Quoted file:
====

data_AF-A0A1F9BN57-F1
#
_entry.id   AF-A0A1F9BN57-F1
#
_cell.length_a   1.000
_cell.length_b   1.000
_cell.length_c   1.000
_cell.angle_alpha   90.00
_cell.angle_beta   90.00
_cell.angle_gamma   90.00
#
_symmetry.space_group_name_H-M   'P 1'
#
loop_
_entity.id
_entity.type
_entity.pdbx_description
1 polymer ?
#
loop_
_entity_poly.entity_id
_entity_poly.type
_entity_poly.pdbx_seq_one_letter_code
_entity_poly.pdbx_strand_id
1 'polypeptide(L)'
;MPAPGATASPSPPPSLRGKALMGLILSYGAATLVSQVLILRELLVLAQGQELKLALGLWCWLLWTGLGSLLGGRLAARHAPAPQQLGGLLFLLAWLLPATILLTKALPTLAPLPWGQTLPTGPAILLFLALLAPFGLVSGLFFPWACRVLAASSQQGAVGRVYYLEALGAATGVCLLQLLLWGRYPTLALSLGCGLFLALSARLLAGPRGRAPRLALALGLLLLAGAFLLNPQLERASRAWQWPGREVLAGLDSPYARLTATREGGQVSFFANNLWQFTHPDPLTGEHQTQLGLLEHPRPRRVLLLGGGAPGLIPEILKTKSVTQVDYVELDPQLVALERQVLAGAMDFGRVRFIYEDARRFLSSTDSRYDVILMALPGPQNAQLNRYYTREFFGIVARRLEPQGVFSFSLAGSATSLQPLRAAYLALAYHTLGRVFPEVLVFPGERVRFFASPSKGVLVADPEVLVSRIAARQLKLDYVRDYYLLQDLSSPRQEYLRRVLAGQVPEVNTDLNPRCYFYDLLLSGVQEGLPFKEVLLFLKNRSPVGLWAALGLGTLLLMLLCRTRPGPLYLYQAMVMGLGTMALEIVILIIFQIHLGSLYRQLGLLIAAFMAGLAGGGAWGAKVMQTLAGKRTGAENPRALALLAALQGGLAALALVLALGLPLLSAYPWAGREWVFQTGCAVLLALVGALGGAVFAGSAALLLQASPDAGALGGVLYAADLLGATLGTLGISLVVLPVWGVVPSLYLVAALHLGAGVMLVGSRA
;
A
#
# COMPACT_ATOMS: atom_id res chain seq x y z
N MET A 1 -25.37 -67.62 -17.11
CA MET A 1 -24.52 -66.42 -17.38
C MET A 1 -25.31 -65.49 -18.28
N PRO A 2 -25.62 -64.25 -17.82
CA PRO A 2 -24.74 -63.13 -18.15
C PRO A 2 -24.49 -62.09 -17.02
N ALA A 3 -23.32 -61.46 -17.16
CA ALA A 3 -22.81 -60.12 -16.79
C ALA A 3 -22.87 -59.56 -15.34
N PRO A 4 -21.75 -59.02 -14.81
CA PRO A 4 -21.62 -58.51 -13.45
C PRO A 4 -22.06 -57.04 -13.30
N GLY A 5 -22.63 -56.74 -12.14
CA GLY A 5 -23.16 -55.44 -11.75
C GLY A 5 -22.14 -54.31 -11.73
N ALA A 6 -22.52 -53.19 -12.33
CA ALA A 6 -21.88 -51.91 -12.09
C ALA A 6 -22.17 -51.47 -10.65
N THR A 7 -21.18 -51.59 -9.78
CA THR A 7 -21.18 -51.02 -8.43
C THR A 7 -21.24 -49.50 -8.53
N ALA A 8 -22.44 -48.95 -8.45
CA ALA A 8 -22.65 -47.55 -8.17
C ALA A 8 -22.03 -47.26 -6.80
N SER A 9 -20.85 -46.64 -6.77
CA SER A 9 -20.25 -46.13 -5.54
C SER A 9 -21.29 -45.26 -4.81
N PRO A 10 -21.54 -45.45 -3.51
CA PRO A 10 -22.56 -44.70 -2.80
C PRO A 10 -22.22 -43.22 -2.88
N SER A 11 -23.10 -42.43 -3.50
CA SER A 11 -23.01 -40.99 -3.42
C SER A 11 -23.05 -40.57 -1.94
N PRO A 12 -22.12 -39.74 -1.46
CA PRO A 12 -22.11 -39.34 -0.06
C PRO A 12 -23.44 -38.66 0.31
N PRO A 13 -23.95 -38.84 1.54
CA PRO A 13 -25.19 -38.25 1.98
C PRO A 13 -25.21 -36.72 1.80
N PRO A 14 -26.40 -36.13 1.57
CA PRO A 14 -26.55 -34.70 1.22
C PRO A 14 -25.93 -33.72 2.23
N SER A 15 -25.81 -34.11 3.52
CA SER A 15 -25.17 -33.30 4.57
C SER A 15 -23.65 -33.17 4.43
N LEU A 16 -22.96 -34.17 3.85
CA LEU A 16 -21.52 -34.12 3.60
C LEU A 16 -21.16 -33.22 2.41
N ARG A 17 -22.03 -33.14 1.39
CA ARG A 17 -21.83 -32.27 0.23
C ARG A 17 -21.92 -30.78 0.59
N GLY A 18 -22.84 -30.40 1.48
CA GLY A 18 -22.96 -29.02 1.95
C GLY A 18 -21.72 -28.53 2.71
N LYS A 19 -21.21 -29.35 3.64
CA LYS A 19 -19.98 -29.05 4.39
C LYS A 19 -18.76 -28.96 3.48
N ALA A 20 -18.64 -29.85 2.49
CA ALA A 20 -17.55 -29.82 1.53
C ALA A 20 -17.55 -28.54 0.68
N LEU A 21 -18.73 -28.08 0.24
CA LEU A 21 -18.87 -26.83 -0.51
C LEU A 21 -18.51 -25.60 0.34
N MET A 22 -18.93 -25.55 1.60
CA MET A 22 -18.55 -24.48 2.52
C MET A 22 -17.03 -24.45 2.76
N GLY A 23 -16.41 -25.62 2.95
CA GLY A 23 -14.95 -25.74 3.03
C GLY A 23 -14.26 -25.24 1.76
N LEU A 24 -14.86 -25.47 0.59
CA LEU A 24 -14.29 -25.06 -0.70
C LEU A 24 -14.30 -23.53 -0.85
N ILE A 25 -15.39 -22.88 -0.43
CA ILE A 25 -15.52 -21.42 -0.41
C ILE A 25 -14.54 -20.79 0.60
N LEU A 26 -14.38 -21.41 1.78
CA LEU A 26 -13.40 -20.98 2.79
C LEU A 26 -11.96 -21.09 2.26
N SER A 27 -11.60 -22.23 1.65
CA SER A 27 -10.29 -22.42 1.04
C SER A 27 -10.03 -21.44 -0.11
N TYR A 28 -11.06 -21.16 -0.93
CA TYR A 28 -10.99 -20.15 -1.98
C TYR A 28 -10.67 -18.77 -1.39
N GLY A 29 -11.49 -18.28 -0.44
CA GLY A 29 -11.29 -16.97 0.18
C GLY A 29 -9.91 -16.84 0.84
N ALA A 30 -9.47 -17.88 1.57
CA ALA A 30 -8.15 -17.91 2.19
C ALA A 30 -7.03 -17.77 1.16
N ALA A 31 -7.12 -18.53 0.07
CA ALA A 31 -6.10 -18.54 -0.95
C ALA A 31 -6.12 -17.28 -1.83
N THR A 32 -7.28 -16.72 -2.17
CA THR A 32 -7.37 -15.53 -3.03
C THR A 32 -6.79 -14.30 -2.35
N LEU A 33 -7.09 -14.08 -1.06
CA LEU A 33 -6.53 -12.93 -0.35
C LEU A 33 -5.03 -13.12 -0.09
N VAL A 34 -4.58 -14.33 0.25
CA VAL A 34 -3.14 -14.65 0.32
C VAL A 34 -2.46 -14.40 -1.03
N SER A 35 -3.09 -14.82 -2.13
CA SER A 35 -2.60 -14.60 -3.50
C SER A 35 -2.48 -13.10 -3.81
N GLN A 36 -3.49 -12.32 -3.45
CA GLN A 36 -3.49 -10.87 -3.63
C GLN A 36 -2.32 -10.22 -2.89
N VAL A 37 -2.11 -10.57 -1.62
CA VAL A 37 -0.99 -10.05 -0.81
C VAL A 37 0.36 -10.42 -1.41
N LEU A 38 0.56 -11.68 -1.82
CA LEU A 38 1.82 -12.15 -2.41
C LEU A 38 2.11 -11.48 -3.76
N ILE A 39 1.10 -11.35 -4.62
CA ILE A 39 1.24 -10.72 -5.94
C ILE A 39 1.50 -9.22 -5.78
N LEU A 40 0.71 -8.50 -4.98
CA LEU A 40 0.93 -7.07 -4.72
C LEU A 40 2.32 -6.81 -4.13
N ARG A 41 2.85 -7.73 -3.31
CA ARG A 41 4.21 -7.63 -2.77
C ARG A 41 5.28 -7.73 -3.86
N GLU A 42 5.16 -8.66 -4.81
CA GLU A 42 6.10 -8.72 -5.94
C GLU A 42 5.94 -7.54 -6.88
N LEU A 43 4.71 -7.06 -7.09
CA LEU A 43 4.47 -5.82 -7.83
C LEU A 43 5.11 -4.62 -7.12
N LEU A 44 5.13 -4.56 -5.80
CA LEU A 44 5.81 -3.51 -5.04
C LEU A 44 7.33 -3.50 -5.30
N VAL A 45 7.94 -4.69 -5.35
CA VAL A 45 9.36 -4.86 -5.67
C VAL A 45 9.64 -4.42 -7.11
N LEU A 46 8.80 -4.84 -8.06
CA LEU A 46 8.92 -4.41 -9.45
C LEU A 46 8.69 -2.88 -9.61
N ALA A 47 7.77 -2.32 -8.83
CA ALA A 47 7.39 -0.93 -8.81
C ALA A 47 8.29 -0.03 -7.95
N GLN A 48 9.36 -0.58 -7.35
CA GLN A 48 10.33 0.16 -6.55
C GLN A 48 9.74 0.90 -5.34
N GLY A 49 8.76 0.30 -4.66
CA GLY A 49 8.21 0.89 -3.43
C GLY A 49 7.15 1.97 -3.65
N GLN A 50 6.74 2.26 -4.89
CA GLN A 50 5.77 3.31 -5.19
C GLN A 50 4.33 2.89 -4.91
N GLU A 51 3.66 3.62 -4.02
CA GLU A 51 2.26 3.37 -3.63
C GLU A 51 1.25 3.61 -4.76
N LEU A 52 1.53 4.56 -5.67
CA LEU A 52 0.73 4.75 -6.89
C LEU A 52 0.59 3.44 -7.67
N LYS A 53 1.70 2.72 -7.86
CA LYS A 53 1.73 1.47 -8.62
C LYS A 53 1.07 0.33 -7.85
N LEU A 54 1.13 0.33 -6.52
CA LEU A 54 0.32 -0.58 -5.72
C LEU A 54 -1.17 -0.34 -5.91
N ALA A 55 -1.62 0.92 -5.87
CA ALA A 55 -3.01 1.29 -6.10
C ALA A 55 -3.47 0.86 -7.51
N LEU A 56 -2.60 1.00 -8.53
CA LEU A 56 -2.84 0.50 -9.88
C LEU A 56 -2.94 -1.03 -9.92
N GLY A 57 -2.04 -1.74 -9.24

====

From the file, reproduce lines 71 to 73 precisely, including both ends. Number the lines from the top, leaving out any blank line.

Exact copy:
CA PRO A 14 -26.55 -34.70 1.22
C PRO A 14 -25.93 -33.72 2.23
N SER A 15 -25.81 -34.11 3.52